Low carbon intensity hydrogen is only just beginning to develop in Canada — and likely won’t expand further without additional government support. In a recently released report, the Senate Committee on Energy, the Environment and Natural Resources makes 14 recommendations for the federal government to consider as it designs policies to support the goal of net-zero emissions by 2050.
A new Senate report says that the Government of Canada should continue its investments in the growth of the industry for hydrogen with low carbon intensity (CI), such as promoting the implementation of regional hubs for hydrogen, to support the goal of net-zero emissions by 2050. It should nevertheless invest strategically, in partnership with provinces and territories, the private sector as well as Indigenous peoples, and not take on too much risk with public funds.
In addition, given the uncertainty that remains around hydrogen’s ultimate role in global energy systems, the Senate Committee on Energy, the Environment and Natural Resources calls on the federal government to regularly review its hydrogen strategy — and, if necessary, reevaluate its investment in the sector if it is no longer a cost-competitive or environmentally responsible path to net-zero emissions.
These findings arise from the committee’s study of the role that hydrogen can play in Canada’s energy transition. The committee’s report, Hydrogen: A Viable Option for a Net-Zero Canada in 2050?, outlines its conclusions and provides 14 recommendations for the federal government to consider as it designs policies to support its net-zero emissions goal.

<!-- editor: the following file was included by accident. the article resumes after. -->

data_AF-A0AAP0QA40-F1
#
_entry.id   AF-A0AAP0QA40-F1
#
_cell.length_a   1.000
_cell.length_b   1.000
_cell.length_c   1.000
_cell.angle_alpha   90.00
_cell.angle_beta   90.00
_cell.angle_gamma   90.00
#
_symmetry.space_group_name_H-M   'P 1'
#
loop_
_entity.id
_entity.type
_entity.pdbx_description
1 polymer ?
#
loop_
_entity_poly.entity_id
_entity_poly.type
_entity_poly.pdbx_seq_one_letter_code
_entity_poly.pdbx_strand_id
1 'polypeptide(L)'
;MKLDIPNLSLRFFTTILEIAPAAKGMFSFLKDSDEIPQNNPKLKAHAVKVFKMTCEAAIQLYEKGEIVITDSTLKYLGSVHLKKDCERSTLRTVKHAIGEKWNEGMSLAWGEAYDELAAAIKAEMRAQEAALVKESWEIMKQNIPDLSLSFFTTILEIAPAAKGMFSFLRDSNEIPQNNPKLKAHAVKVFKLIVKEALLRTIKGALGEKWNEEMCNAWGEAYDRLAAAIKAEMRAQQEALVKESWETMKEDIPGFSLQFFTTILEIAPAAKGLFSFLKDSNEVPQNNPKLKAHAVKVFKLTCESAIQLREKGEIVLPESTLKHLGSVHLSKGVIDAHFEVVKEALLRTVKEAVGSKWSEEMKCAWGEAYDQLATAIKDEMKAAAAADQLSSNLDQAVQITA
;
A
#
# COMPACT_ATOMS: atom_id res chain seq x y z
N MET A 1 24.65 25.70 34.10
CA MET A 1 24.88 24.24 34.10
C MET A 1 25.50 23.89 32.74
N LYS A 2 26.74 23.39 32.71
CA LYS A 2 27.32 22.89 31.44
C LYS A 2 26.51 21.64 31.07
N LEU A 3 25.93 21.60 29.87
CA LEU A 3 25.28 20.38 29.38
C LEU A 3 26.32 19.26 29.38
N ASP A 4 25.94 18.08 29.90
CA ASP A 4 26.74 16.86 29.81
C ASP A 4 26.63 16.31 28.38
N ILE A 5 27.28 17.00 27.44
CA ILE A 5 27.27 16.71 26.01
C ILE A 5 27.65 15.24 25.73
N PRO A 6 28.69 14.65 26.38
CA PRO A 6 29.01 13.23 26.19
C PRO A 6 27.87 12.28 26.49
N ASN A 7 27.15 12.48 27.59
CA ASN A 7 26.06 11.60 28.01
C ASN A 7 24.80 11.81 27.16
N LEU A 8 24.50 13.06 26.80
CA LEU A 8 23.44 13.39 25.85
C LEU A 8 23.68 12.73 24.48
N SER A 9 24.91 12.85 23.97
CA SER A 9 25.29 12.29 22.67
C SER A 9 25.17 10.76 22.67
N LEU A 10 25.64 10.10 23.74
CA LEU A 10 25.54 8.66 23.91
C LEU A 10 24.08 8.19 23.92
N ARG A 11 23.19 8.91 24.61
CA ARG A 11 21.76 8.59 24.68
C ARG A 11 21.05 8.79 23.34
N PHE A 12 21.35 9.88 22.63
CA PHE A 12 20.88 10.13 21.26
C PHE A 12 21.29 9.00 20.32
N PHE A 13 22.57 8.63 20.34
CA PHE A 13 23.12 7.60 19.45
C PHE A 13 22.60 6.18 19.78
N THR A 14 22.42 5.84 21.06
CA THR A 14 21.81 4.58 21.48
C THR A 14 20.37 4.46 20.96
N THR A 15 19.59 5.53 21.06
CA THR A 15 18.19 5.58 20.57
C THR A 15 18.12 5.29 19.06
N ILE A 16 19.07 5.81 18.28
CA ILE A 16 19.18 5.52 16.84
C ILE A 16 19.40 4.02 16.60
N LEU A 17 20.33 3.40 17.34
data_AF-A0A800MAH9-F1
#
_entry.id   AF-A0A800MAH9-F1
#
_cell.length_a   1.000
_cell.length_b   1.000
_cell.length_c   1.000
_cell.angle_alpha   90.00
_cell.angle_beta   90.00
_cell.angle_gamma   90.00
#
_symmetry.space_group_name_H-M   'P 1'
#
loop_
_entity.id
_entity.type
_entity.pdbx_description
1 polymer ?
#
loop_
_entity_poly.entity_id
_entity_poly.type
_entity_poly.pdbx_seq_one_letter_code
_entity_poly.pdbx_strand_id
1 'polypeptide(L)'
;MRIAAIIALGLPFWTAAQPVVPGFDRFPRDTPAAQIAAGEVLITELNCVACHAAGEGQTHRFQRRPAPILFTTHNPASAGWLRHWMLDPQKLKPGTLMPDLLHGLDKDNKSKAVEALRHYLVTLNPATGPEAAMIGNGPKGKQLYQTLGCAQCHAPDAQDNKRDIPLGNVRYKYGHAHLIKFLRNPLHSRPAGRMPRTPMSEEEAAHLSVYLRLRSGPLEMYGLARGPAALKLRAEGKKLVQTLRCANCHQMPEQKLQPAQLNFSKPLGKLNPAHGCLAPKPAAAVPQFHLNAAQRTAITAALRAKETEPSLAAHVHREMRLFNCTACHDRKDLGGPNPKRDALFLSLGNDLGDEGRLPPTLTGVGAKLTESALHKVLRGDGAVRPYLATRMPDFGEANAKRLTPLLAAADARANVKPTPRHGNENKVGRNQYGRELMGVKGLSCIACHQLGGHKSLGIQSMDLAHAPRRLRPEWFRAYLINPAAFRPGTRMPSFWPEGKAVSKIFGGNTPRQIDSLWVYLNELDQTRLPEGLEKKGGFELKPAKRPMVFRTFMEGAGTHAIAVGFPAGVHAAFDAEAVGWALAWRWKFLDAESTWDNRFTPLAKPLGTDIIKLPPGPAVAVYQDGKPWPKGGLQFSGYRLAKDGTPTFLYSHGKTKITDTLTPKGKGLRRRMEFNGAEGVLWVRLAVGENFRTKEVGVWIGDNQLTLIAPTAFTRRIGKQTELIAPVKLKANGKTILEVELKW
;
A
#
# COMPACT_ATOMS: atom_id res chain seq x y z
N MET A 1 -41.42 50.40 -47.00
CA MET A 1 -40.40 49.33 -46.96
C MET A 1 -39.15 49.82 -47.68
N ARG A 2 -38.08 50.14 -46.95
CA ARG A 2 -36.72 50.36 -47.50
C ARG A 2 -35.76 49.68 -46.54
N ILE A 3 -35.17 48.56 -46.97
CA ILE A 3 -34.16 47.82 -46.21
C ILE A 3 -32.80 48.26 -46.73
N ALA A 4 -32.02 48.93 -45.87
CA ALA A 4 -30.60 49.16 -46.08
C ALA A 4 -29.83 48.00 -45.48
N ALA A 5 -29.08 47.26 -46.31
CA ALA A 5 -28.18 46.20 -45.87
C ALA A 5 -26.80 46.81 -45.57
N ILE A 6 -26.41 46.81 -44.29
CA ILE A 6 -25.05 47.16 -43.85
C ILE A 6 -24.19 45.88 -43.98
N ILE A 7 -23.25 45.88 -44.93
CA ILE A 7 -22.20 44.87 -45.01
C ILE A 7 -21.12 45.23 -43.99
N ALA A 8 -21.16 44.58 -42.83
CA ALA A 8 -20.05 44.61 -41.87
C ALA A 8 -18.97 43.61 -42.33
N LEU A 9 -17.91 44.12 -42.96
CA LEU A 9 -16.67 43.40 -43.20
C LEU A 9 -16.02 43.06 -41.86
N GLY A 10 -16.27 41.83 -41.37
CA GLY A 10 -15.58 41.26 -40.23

“Replacing fossil fuels with low-carbon intensity hydrogen would be something fundamentally new for Canada,” said Senator Rosa Galvez, chair of the Senate Committee on Energy, the Environment and Natural Resources. “However, hydrogen energy won’t be a silver bullet solution for the energy transition; the federal government must take a systems perspective to understand its role in achieving net-zero emissions by 2050.”
Low-CI hydrogen has been identified as a possible replacement for fossil fuels. However, the hydrogen that Canada produces and consumes today is costly and more than twice as carbon intensive as methane. The Canadian industry for low-CI hydrogen is only just beginning to develop — and likely won’t expand further without additional government support.
The committee launched its study on hydrogen energy for Canada in March 2022 and heard from 33 witnesses over nine meetings.
“The implementation of the federal hydrogen strategy relies, for the most part, on public funds,” said Senator Josée Verner, P.C., Deputy Chair of the committee.
“The Government of Canada should therefore engage the public, present credible and transparent information about its investments to achieve net-zero emissions and, finally, avoid a one-size-fits-all approach in developing different types of hydrogen to take into account regional characteristics.”
Canada currently produces approximately three million tonnes of hydrogen annually and is one of the top 10 hydrogen producers in the world.
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